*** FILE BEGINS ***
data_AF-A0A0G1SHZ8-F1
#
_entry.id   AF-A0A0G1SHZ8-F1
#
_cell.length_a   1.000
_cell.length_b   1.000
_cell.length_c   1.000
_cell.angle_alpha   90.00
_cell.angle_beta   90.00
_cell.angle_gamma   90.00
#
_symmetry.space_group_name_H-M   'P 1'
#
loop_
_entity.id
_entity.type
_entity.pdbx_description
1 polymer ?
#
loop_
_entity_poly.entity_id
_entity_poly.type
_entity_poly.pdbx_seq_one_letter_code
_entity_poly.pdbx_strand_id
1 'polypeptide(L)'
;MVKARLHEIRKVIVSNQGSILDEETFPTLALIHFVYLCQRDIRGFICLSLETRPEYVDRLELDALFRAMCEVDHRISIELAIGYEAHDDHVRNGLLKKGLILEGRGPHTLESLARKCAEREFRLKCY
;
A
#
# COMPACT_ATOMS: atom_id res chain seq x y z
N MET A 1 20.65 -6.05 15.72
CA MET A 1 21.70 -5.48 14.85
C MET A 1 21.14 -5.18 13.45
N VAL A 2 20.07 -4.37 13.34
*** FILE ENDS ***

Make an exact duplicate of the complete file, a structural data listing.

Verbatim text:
data_AF-A0A0G1SHZ8-F1
#
_entry.id   AF-A0A0G1SHZ8-F1
#
_cell.length_a   1.000
_cell.length_b   1.000
_cell.length_c   1.000
_cell.angle_alpha   90.00
_cell.angle_beta   90.00
_cell.angle_gamma   90.00
#
_symmetry.space_group_name_H-M   'P 1'
#
loop_
_entity.id
_entity.type
_entity.pdbx_description
1 polymer ?
#
loop_
_entity_poly.entity_id
_entity_poly.type
_entity_poly.pdbx_seq_one_letter_code
_entity_poly.pdbx_strand_id
1 'polypeptide(L)'
;MVKARLHEIRKVIVSNQGSILDEETFPTLALIHFVYLCQRDIRGFICLSLETRPEYVDRLELDALFRAMCEVDHRISIELAIGYEAHDDHVRNGLLKKGLILEGRGPHTLESLARKCAEREFRLKCY
;
A
#
# COMPACT_ATOMS: atom_id res chain seq x y z
N MET A 1 20.65 -6.05 15.72
CA MET A 1 21.70 -5.48 14.85
C MET A 1 21.14 -5.18 13.45
N VAL A 2 20.07 -4.37 13.34